Why a warrant for Putin’s arrest may be more than just symbolic

Kenneth R. Rosen


In this edition, the International Criminal Court has issued an arrest warrant against Vladimir Putin. But since Russia’s war in Ukraine began, how have nations changed their approach to international criminal justice?

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In the end, they decided to hunt the whale. Last week, reports suggested that the International Criminal Court in the Hague was preparing to issue warrants for the arrest of unnamed Russian officials as part of war crimes investigations potentially leading to trials. And while analysts speculated, no one was certain that the ICC would issue a warrant to arrest Vladimir Putin. Then on Friday suspicions were confirmed: Putin is now a fugitive. 

The Russian president follows Libya’s Muammar Gaddafi and Sudan’s Omar al-Bashir as the only serving heads of state to have an ICC warrant issued against them. It means that any of the nations that are party to the ICC are obligated to arrest Putin if he sets foot on their territory. In a show of defiance, Putin paid his first visit to Russian-occupied Mariupol. Ukraine described the visit, which took place “under the cover of night”  as one that “befits a thief.”

The warrant was issued against Putin for his role in the abductions of Ukrainian children, a charge that Russia not only does not refute but claims to be a decision made on humanitarian grounds. Whatever it means in practice, a warrant for Putin’s arrest has considerable symbolic value. “This makes Putin a pariah,” Stephen Rapp, a former U.S. ambassador-at-large for war crimes issues, told reporters. “If he travels, he risks arrest. This never goes away.”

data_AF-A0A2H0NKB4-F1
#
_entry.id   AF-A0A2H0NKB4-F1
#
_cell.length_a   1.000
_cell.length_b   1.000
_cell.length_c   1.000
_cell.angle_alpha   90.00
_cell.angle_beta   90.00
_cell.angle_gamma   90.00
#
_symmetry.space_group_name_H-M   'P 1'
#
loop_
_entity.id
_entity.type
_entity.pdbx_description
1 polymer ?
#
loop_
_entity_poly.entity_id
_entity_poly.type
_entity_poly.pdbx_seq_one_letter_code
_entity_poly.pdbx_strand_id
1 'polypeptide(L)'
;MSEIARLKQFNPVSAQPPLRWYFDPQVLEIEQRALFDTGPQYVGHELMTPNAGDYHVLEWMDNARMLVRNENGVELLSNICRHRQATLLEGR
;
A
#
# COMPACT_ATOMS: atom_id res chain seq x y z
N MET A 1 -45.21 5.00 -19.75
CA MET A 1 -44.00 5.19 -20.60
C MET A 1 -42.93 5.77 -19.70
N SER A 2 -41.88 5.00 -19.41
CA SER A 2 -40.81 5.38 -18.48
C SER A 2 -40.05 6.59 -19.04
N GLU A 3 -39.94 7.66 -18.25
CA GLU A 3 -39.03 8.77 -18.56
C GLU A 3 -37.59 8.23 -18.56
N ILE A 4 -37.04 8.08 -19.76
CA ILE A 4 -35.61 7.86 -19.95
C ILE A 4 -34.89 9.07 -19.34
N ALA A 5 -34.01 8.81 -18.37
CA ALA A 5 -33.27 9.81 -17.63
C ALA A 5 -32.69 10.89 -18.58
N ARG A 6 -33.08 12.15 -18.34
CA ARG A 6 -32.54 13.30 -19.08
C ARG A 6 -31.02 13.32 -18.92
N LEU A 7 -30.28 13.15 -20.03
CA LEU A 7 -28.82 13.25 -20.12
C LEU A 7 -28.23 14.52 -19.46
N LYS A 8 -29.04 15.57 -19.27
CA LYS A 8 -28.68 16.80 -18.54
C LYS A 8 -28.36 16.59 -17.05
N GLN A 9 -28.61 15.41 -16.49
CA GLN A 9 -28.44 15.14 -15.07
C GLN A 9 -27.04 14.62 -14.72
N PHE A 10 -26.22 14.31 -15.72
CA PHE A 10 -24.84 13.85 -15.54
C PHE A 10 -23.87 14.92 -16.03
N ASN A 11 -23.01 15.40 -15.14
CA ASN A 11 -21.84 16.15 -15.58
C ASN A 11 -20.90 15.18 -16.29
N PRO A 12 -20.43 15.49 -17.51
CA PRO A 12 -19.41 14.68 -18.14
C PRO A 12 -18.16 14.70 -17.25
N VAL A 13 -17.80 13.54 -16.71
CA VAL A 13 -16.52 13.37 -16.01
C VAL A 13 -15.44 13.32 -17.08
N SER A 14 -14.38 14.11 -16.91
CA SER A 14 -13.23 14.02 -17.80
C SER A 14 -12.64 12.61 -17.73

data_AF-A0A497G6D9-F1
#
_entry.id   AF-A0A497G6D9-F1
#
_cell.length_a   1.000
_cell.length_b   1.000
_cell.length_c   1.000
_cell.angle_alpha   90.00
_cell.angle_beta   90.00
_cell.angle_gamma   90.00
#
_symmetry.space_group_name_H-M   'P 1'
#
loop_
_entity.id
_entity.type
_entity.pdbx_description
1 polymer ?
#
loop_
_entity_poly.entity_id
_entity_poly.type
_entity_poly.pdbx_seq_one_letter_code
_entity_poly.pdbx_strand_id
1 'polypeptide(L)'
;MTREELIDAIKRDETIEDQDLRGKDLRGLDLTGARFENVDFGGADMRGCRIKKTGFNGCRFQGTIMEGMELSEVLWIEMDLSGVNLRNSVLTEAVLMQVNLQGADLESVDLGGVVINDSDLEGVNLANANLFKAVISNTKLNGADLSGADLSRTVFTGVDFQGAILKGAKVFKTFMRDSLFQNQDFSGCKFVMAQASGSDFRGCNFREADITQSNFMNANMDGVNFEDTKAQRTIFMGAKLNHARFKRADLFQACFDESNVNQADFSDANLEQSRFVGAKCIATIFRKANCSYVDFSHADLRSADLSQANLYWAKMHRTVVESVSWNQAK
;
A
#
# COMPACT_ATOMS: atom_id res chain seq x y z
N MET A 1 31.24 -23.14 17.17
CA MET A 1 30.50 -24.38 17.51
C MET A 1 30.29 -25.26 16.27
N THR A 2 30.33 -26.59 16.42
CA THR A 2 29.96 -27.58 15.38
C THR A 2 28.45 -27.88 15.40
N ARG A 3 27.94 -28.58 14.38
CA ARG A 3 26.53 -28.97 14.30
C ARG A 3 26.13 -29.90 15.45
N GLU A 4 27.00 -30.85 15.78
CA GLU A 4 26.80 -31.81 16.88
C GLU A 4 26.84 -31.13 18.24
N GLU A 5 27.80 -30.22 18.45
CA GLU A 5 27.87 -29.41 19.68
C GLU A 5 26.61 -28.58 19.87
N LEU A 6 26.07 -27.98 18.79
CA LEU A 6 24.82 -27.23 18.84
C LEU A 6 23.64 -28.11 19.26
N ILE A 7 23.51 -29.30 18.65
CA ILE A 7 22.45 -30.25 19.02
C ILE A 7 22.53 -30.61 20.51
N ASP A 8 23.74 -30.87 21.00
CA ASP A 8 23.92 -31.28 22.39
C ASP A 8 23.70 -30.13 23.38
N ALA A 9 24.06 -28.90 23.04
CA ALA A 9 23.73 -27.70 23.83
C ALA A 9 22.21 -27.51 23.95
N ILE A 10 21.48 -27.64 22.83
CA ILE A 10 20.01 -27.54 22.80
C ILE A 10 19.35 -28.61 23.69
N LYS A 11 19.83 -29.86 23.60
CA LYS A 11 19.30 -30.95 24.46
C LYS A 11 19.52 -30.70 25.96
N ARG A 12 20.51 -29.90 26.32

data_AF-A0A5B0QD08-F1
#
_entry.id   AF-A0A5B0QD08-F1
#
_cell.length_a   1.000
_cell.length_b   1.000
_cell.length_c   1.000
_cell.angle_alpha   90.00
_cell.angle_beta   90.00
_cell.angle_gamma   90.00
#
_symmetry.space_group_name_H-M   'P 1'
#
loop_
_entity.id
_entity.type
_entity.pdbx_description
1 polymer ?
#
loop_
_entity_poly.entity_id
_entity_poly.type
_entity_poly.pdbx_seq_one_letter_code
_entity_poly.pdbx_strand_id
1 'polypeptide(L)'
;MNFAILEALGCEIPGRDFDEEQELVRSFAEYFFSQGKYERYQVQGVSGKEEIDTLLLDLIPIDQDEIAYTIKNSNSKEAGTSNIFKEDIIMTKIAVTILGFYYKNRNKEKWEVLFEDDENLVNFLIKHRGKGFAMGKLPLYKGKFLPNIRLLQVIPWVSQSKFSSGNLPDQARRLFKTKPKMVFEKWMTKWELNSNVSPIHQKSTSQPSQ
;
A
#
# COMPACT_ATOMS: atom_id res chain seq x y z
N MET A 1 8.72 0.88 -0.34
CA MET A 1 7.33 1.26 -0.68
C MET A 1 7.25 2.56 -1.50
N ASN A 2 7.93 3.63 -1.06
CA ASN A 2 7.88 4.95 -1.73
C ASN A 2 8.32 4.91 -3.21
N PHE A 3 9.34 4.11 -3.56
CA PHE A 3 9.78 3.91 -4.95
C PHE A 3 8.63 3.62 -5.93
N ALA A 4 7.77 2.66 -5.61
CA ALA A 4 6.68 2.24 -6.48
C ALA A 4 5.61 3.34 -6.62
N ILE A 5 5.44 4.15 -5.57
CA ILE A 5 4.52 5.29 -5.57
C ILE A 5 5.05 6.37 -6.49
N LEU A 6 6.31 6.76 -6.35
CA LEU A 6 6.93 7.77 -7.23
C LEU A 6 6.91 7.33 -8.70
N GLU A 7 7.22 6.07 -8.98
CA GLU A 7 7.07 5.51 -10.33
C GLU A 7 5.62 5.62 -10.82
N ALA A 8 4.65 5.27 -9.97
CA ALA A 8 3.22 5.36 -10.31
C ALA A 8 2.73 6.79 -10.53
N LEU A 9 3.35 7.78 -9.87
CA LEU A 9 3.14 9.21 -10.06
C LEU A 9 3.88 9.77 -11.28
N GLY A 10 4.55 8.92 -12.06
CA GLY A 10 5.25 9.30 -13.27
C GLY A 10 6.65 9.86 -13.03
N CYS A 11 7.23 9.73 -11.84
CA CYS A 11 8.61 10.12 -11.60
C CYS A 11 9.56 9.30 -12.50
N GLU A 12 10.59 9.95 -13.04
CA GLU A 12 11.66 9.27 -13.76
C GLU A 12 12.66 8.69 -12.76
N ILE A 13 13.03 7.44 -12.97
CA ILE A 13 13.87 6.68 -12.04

Much has changed for the ICC and international criminal justice since Russia invaded Ukraine more than a year ago. Days after Russian troops crossed into Ukraine, Karim Ahmad Khan, the chief prosecutor at the ICC, said an investigation into possible war crimes would “be opened as rapidly as possible.” Investigators fanned out across Ukraine and neighboring countries to gather evidence and preserve scenes of mass atrocities, like the massacre of 458 Ukrainian civilians in Bucha last March.

But cases against Russians, including Putin, brought by the court will likely never go to trial. Russia withdrew from the ICC in 2016, after the court judged Russian activity in Crimea to be an “ongoing occupation.” The court had earlier angered Russia by authorizing an investigation into its 2008 conflict with Georgia in South Ossetia. Konstantin Kosachyov, the deputy speaker of Russia’s upper house of parliament, called the ICC “an instrument of neo-colonialism in the hands of the West.”